Susan Ruscigno's neighborhood e-list message got right to the point: "Bees have invaded my orange tree - help!" Ruscigno's plea went on to describe how "hundreds of bees" had taken up residence in her backyard orange tree and she wanted them to leave.
"I'm all for Mother Nature and all, but the orange tree is right next to my back door, so I'm not thrilled to have them that close to my house (or me!) when I'm coming and going," she wrote.
Although it was a Sunday at 10:25 p.m. when she sent the e-mail out, within minutes fellow e-listers were responding and telling her to call "our local Steve Demkowski."
When it comes to bees, Demkowski is the go-to guy in the South Bay. He's usually the first person in my town that local schools, businesses and residents call when they encounter a swarm, and he's always happy to take a call because saving bees is his mission.
"One out of every three spoons of food that go into your mouth comes from bees," Demkowski says, pointing to fruits and vegetables as well as clover and alfalfa that feed cows needed to produce milk, yogurt and ice cream. Spring is a particularly busy time of year for Demkowski, as that is when many bees are swarming. "A swarm is the birth of a new hive. Like birds lay eggs, bees swarm," he says.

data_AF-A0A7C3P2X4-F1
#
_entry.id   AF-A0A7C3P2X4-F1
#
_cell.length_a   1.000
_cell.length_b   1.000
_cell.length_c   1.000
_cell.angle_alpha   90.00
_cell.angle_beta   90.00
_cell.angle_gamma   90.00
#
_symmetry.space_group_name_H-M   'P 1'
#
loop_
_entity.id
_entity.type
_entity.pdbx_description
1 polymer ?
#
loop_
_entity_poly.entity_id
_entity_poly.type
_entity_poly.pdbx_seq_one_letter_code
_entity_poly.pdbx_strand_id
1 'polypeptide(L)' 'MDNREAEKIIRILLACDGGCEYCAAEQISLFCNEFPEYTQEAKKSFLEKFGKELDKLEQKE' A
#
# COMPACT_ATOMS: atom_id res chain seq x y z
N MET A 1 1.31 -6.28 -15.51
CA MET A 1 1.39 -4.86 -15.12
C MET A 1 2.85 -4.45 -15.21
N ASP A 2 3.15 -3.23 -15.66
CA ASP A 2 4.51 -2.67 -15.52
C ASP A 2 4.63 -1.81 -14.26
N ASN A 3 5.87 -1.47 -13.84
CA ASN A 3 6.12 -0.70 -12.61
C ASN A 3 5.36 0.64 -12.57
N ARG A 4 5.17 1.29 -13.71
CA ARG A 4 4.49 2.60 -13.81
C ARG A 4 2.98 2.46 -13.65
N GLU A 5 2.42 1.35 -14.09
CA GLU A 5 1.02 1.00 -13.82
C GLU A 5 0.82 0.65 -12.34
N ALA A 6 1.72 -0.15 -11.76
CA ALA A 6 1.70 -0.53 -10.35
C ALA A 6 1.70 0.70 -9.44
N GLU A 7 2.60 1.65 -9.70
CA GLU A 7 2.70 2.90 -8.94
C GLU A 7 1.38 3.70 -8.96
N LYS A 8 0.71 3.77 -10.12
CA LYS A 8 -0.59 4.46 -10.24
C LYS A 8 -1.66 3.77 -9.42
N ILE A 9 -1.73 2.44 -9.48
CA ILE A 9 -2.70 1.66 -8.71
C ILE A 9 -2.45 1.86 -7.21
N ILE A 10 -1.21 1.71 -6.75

"The bees are doing what they've been doing for millions of years. It's really amazing; it's like you raising kids, getting them all raised, putting them through college and then you and your husband leave and let the kids have the house." Most swarms involve a queen bee that is leaving an existing hive, taking about 60 percent of the worker bees with her. However, before she leaves, she lays eggs in special "queen cups" so a new queen will emerge to continue the hive. Initially, swarms don't go far, as the queen needs to rest. Her worker bees join her as they wait for the scout bees to find them a new home.